Selling Imported Wine to the Chinese Consumer

China is changing fast, and the way Chinese consumer is approaching wine consumption seems to be evolving too. Ruby Red Fine Wine is successfully bringing imported boutique wines and reputed premium brand names to the Chinese tables. This post captures consumer insights from an interview to New Zealand entrepreneur Kylie Bisman whom, together with partners Simon Zhou, Joe Zhou and Vivian Wang, set up Ruby Red Fine Wine at the end of 2005.

Consumption Patterns are Changing.
We came to China at a very exciting time when suddenly wine started sparkling interest. People begun to realize that you could enjoy in wine these wonderful tastes and aromas, that wine could go really well with different types of food and that you could really make it a sociable occasion.

We are Mainly Selling to the Chinese Consumer, not to the Expat Community.
The majority of our customers are Chinese people interested in wine. Some of them already know about wine, but there are a lot of others who really want to learn about it. There’s a big interest out there.

Shanghai is different from the rest if China.
Our business in based in Shanghai but we also cover 40 other cities through distributors. I must say Shanghai consumer is definitely different from the rest of China. They are a little bit more adventurous and inquisitive, and that’s probably why a boutique wine type of business like ours is working so well here.

… but not that different!
Having said that, there is still quite a difference between the consumption patterns of our Chinese and Expat clientele. Chinese consumers tend to ask for two things: French wine and red wine. So, although our Shanghai consumers are willing to try new things, they are still more likely to go for French red wines. Our expat consumers may, on the other hand, be more likely to go for New World wines (unless they’re French!) and will include white wines in their selection.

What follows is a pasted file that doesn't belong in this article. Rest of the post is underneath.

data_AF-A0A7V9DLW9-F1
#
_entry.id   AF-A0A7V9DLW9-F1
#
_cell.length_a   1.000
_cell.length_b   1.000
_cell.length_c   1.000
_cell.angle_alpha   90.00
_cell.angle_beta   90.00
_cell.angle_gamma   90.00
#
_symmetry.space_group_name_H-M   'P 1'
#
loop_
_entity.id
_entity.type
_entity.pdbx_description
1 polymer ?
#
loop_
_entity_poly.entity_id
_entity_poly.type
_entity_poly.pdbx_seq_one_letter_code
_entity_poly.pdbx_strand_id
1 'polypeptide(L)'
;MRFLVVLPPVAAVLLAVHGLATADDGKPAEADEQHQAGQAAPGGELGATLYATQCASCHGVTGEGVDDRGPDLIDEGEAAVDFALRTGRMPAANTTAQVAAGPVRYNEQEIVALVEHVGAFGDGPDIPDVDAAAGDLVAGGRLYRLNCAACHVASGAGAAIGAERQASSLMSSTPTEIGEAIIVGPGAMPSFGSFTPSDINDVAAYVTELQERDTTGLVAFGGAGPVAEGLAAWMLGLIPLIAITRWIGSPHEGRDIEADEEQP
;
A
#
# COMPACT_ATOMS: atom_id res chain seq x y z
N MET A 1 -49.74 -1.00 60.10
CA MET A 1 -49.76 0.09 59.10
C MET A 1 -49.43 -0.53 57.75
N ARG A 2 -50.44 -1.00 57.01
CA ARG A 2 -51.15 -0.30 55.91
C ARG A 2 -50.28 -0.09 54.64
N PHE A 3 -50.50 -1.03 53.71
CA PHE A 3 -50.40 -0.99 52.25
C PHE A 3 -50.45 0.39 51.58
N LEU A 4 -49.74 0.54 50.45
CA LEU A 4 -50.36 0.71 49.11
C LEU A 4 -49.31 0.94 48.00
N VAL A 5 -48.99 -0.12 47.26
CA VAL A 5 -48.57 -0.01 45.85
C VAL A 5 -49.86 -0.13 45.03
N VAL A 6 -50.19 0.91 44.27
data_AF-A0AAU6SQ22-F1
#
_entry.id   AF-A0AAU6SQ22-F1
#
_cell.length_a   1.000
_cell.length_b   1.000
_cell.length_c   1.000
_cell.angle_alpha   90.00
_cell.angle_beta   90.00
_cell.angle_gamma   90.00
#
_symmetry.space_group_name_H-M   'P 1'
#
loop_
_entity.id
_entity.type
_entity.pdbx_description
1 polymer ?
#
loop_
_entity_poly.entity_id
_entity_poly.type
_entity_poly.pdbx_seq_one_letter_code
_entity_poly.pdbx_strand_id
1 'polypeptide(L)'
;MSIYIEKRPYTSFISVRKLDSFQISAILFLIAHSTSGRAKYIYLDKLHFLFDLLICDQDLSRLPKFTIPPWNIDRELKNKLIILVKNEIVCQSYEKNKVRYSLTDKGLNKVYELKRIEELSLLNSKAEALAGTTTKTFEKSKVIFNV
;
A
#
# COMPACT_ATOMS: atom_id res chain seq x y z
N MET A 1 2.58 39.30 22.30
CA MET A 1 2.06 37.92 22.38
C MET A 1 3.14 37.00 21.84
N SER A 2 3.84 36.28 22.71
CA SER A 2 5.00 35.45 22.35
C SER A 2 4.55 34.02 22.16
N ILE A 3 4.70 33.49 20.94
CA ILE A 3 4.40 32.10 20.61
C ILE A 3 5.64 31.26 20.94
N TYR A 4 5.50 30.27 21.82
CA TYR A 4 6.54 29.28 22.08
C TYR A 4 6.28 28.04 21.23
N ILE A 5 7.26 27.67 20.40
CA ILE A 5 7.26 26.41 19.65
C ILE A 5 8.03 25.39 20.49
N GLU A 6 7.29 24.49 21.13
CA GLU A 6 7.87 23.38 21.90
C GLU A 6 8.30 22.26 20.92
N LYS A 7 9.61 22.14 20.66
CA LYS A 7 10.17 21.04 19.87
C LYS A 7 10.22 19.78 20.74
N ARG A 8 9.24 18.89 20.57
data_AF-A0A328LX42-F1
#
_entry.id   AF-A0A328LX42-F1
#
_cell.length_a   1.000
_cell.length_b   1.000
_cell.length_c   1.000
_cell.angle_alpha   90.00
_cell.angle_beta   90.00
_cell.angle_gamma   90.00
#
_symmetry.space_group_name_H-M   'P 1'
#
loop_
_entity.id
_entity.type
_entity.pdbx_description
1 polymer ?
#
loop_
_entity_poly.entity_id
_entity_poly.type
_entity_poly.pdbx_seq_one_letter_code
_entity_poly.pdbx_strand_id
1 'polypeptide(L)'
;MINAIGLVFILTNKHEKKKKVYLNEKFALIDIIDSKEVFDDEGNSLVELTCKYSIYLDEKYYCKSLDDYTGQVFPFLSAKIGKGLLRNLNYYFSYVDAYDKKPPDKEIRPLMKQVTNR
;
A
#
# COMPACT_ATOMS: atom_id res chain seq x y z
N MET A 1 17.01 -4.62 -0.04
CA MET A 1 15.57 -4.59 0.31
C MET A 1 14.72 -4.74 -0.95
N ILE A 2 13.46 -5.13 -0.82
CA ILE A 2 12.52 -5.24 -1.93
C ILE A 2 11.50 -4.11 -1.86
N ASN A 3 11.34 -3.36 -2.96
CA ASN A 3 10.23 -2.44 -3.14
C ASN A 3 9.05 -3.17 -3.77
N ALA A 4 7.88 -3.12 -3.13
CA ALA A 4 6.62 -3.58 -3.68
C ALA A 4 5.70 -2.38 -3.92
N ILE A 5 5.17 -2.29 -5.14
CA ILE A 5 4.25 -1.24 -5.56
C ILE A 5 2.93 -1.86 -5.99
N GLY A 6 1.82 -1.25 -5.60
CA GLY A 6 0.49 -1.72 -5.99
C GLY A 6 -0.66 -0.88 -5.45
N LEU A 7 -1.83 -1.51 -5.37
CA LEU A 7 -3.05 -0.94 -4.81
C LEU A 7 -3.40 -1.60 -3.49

The keys to our success selling to Chinese consumers:
#1 Education, Education, Education!
We’ve run thousands of tasting events since we started. Some of those run publicly and are announced in our website, but we also run a lot of corporate events for Chinese companies (banks, technology companies, companies that see wine tastings as a nice team building exercise with a fun and educational twist for their staff). Afterwards, we keep in touch with these people. We email our offers and news updates to them.
Now we are starting to see the fruits of our educational activity when people come to us saying: what new stuff have you got? They want to know more. They want to try new things, new flavours, new wine regions…it’s such an exciting time to be here… we feel we are helping to influence the palate of the Chinese consumer.

#2 Having the right portfolio.
At the beginning we would buy exclusively what we liked, focusing only on small production boutique wineries from New Zealand, Australia, France and Spain. We quickly learnt how tough taking an unknown brand is and we obviously realized there was a huge demand for the premium well established brands. So in addition to our boutique winery portfolio, we now have become Burgundy specialist and we have a very good offering of Bordeaux wines.  We also offer a feature available through very few companies in China, the possibility of purchasing “Bordeaux en primeur wine” (1).
Ultimately, the most important thing for us is quality.

(1) En primeur is a method of purchasing wines while they are in a barrel, offering the opportunity to invest in a particular wine before it is bottled


  1. At the last Food and Wine Exhibition in Shanghai I noticed how Italy and France were absolutely salivating at the prospect of import wine-drinking going mainstream in China. I wonder how long that will take, and how much penetration they will get. It’s not easy to predict the behaviour of the Chinese consumer. Fascinating to try though.

  2. It might be due to the large population and growing economy of China. its not only Italy and France but Australian Wines are taking market in China. Australian wines are reasonable in price and good quality comparing to French & Italian wines.

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